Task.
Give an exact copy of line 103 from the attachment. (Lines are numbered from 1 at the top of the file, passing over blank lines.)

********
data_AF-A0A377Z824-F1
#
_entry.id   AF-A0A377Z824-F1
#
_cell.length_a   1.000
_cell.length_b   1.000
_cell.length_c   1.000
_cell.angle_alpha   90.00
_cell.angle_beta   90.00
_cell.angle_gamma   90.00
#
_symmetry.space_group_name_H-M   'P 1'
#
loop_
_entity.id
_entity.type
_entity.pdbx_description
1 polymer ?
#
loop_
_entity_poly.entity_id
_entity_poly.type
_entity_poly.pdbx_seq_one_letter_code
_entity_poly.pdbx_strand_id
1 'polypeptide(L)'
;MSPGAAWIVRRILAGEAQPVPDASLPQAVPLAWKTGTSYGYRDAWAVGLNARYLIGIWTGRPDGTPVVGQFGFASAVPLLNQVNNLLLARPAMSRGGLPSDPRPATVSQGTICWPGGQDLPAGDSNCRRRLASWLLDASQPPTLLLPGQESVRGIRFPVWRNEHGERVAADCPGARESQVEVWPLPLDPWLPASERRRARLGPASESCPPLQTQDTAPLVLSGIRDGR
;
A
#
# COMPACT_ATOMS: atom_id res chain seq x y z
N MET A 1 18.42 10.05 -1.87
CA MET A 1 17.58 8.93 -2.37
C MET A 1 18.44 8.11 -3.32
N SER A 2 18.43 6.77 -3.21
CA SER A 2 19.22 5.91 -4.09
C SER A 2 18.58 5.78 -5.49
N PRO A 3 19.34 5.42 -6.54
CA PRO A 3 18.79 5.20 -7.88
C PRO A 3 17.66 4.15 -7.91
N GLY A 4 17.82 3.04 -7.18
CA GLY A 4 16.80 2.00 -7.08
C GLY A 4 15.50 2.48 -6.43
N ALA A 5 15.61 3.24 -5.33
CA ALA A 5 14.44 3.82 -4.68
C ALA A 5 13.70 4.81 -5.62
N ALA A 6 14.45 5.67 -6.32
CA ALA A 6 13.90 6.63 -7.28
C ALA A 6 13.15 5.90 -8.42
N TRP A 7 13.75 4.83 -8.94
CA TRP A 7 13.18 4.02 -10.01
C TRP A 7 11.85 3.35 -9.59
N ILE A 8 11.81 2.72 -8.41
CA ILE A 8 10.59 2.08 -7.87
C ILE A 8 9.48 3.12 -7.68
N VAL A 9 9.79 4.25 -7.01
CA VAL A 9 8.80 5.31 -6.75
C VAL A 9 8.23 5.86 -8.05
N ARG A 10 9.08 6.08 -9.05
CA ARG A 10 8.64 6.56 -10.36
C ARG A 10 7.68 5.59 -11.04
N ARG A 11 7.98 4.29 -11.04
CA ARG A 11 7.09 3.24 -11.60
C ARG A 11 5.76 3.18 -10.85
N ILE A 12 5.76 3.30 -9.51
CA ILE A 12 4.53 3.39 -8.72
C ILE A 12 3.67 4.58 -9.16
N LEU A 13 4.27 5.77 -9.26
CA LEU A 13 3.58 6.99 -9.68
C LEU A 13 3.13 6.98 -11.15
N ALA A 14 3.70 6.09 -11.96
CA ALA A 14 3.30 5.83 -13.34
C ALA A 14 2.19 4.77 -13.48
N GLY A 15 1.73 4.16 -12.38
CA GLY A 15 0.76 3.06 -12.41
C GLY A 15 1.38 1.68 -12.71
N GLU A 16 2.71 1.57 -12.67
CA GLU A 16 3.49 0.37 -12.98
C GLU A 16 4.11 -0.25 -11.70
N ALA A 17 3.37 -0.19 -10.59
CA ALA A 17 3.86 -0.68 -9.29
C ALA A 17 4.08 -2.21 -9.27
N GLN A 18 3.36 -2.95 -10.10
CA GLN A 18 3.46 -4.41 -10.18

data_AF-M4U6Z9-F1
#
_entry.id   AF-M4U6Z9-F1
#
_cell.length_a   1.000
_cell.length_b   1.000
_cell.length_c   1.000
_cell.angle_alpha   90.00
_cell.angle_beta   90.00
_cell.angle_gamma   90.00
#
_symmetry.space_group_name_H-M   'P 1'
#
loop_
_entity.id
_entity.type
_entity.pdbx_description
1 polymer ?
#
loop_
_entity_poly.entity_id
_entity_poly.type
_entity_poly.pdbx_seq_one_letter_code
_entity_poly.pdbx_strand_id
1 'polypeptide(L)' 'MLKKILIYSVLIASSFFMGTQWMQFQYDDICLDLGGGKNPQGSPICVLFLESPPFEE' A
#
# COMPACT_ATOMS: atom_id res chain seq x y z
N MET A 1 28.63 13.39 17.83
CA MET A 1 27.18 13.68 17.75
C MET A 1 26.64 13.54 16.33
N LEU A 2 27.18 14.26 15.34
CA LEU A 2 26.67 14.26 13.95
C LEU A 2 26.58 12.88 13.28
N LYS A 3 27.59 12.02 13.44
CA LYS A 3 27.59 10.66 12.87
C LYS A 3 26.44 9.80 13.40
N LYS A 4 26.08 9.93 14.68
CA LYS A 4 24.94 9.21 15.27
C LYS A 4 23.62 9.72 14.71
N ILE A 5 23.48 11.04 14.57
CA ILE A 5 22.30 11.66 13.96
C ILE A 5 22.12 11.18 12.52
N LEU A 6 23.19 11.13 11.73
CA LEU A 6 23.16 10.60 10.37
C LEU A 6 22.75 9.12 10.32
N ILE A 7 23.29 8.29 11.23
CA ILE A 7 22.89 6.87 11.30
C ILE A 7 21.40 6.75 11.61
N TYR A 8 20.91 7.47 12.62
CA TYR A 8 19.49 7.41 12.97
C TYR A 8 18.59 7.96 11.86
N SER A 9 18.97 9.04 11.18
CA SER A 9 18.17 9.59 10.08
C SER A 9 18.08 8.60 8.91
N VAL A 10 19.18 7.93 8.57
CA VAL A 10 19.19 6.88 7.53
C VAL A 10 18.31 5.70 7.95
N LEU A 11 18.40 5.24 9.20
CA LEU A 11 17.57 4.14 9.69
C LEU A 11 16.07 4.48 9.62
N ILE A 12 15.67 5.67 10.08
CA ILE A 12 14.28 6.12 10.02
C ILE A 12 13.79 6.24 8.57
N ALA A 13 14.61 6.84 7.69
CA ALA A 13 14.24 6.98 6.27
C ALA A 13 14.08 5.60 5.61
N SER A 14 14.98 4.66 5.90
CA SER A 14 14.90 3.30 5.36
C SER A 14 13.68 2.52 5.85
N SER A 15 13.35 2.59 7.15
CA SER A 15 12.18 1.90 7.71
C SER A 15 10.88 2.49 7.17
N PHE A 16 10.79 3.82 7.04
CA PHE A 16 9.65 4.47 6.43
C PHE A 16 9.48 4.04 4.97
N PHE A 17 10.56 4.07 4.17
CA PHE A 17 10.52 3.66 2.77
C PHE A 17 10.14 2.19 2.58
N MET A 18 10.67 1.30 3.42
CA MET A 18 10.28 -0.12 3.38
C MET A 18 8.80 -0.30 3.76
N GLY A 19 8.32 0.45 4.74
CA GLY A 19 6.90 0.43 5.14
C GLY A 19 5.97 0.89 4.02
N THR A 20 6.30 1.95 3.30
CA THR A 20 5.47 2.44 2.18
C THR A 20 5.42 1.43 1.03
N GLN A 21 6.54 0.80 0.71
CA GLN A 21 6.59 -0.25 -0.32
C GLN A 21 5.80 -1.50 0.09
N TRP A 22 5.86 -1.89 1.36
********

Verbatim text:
loop_